That we can discern a failed presentation of a work does not imply that there is only one excellent way for the work to manifest. There can be many correct, fitting, and even exemplary presentations, enactments, and performances of the same work. Here the notion of “structure” should not be equated with the “original” composition or performance, as if the “original” is the ideal and standard against which all future performances and presentations are judged. In fact, future performances of a work often bring out a depth and richness not manifest in the original. John Coltrane’s performance of the popular Broadway tune, “My Favorite Things,” is one such example. In Coltrane’s version, the standard and rhythmically simple three-four waltz time is transformed into a polyrhythmic and densely textured six-eight (and beyond) time. In addition, Coltrane adds lengthy improvisatory solos and complex harmonic textures to the original piece. In both Julie Andrew’s and John Coltrane’s performances, the work is presented and a common structure is discerned; yet Coltrane’s performance displays a level of harmonic, melodic, and rhythmic complexity not present in the original.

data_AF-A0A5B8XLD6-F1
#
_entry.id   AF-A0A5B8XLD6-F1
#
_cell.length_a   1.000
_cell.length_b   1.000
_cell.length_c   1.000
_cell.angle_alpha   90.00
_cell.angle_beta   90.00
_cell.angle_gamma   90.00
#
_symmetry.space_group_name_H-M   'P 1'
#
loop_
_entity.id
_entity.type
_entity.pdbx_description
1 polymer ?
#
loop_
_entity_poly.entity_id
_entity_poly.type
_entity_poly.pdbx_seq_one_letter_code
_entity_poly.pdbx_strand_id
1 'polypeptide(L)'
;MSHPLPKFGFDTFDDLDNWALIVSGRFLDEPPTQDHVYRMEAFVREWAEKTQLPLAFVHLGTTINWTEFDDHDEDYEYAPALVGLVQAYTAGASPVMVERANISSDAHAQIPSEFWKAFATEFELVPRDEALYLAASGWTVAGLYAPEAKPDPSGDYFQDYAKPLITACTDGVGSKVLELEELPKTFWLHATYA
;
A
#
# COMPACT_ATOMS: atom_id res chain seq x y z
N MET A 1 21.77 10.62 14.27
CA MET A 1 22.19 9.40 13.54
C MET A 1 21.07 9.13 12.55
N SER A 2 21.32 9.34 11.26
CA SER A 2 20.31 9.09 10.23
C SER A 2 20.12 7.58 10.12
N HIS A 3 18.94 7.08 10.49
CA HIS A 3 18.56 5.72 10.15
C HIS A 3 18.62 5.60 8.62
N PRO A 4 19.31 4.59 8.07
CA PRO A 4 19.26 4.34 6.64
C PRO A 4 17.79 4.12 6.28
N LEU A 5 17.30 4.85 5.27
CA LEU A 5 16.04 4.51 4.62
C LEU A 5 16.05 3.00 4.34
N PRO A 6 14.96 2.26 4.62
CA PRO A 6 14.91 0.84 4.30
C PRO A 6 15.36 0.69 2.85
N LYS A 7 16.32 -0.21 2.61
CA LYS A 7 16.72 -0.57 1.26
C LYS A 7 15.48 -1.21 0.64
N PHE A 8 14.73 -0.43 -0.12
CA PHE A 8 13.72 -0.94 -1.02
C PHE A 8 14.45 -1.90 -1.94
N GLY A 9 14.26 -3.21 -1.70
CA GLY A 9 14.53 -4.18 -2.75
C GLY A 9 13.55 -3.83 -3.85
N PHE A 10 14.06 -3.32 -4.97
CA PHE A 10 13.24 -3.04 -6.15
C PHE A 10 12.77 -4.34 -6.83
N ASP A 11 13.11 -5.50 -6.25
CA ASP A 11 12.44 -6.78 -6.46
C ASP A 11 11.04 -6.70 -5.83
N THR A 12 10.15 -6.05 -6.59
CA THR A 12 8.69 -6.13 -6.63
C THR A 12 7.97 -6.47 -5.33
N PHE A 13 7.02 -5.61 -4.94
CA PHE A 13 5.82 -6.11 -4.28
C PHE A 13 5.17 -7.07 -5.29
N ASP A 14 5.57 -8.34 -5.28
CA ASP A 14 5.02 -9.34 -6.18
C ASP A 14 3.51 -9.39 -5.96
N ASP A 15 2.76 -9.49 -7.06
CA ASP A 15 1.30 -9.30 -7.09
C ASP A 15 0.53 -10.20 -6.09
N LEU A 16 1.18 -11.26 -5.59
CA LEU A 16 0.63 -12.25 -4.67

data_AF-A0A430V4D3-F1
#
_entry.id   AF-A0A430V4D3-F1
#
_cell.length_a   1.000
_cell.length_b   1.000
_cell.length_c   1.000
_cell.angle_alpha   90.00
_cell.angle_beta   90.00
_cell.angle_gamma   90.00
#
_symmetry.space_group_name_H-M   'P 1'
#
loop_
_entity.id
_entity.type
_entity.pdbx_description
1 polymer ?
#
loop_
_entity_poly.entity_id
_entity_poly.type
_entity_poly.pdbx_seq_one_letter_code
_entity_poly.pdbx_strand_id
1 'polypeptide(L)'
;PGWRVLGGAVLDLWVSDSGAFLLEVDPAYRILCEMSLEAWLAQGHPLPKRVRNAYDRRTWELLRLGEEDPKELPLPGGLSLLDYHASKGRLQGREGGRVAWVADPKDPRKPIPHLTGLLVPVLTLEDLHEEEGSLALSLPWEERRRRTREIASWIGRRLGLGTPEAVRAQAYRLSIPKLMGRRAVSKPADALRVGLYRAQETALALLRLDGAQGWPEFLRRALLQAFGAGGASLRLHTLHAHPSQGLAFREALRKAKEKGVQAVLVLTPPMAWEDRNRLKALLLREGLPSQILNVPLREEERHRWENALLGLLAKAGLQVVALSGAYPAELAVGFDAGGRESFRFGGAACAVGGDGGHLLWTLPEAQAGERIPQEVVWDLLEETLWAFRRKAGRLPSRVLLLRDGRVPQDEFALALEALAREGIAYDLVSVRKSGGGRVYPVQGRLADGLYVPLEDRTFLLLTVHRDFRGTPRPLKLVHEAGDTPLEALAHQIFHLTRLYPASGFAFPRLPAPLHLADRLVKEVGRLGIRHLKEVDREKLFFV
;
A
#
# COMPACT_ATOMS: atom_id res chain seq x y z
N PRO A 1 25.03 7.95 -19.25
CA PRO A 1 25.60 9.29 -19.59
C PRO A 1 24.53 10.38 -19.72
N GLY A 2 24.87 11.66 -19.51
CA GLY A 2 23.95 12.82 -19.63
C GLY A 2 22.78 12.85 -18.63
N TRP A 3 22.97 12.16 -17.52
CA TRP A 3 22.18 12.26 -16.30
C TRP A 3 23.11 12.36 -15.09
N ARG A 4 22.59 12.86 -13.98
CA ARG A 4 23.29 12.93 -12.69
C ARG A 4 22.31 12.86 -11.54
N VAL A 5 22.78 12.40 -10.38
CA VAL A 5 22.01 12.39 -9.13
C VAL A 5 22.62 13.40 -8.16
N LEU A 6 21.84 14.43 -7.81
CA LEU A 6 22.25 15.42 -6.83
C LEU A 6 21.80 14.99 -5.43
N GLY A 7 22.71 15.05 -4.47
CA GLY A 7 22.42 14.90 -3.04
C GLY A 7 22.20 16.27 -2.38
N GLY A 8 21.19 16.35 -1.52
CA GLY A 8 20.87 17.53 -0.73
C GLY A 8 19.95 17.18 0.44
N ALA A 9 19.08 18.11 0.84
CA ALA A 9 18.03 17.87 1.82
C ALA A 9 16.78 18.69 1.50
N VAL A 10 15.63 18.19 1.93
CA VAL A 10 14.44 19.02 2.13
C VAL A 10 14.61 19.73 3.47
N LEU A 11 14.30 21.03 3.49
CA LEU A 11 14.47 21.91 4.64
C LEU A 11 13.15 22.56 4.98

In fact, Gadamer argues that through presentation (and performance) an “increase in being” occurs.[2] In order to understand what Gadamer means, one must examine his account of the complex relationship between Bild and Ur-bild. If presentation (Darstellung) is the artwork’s mode of being, how does a symphonic performance or a painting present the work? For example, on Gadamer’s analysis, a painting’s mode of being as presentation ought not be understood as a copy of something. The defining task of a copy is to reduplicate as closely as possible the original. Thus, its essence is self-erasure or self-effacement; it points not to itself but away from itself to what it copies. “[I]ts nature is to lose its own independent existence and serve entirely to mediate what is copied.”[3] A copy’s self-effacement indicates its function as a means, not an end. In fact, its independent existence serves this very purpose of self-erasure. In contrast, a picture’s essence is not self-erasure, nor does it function as a means to some other end. The picture points to itself and how it presents its subject-matter. In other words, “one is not simply directed away from the picture to what is represented. Rather, the presentation remains essentially connected with what is represented—indeed belongs to it.”[4] Again, instead of a self-cancelling existence and purpose, the picture’s being is autonomous; its being brings out something new in the reality which it depicts; thus, the picture is more than a mere copy or reduplication of an original; it belongs to the being of the original and expands its being. As Gadamer puts it, “[b]y being presented [the original] experiences, as it were, an increase in being. The content of the picture itself is ontologically defined as an emanation of the original.”[5] Here Gadamer draws upon Neoplatonic philosophy with its notion of an emanation as an overflow of the being of the One, whose being is not reduced as a result of its multiple emanations, but rather increases.[6]